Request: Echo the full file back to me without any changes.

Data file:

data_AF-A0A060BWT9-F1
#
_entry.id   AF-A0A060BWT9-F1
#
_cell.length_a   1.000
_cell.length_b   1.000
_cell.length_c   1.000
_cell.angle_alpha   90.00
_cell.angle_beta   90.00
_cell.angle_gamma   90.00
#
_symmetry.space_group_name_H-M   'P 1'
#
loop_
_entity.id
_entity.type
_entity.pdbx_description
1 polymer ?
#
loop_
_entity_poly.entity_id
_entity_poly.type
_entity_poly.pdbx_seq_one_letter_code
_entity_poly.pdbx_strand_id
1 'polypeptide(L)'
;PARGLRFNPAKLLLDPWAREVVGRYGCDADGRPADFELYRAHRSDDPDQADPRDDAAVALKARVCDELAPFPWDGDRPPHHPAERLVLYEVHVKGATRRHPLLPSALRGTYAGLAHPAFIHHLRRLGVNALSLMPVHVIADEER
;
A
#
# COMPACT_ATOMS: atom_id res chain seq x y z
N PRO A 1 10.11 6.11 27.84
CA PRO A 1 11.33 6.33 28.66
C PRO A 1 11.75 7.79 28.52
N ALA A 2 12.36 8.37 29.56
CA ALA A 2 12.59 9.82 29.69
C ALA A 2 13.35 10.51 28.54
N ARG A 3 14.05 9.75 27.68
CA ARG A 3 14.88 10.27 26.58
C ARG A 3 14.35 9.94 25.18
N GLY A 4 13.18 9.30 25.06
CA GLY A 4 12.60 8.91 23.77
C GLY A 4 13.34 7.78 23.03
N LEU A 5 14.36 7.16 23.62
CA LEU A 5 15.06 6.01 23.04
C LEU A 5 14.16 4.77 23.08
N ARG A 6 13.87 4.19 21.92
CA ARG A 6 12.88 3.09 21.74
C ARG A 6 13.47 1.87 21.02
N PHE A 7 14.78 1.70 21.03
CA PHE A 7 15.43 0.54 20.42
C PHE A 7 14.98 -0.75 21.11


data_AF-A0A060BWT9-F1
#
_entry.id   AF-A0A060BWT9-F1
#
_cell.length_a   1.000
_cell.length_b   1.000
_cell.length_c   1.000
_cell.angle_alpha   90.00
_cell.angle_beta   90.00
_cell.angle_gamma   90.00
#
_symmetry.space_group_name_H-M   'P 1'
#
loop_
_entity.id
_entity.type
_entity.pdbx_description
1 polymer ?
#
loop_
_entity_poly.entity_id
_entity_poly.type
_entity_poly.pdbx_seq_one_letter_code
_entity_poly.pdbx_strand_id
1 'polypeptide(L)'
;PARGLRFNPAKLLLDPWAREVVGRYGCDADGRPADFELYRAHRSDDPDQADPRDDAAVALKARVCDELAPFPWDGDRPPHHPAERLVLYEVHVKGATRRHPLLPSALRGTYAGLAHPAFIHHLRRLGVNALSLMPVHVIADEER
;
A
#
# COMPACT_ATOMS: atom_id res chain seq x y z
N PRO A 1 10.11 6.11 27.84
CA PRO A 1 11.33 6.33 28.66
C PRO A 1 11.75 7.79 28.52
N ALA A 2 12.36 8.37 29.56
CA ALA A 2 12.59 9.82 29.69
C ALA A 2 13.35 10.51 28.54
N ARG A 3 14.05 9.75 27.68
CA ARG A 3 14.88 10.27 26.58
C ARG A 3 14.35 9.94 25.18
N GLY A 4 13.18 9.30 25.06
CA GLY A 4 12.60 8.91 23.77
C GLY A 4 13.34 7.78 23.03
N LEU A 5 14.36 7.16 23.62
CA LEU A 5 15.06 6.01 23.04
C LEU A 5 14.16 4.77 23.08
N ARG A 6 13.87 4.19 21.92
CA ARG A 6 12.88 3.09 21.74
C ARG A 6 13.47 1.87 21.02
N PHE A 7 14.78 1.70 21.03
CA PHE A 7 15.43 0.54 20.42
C PHE A 7 14.98 -0.75 21.11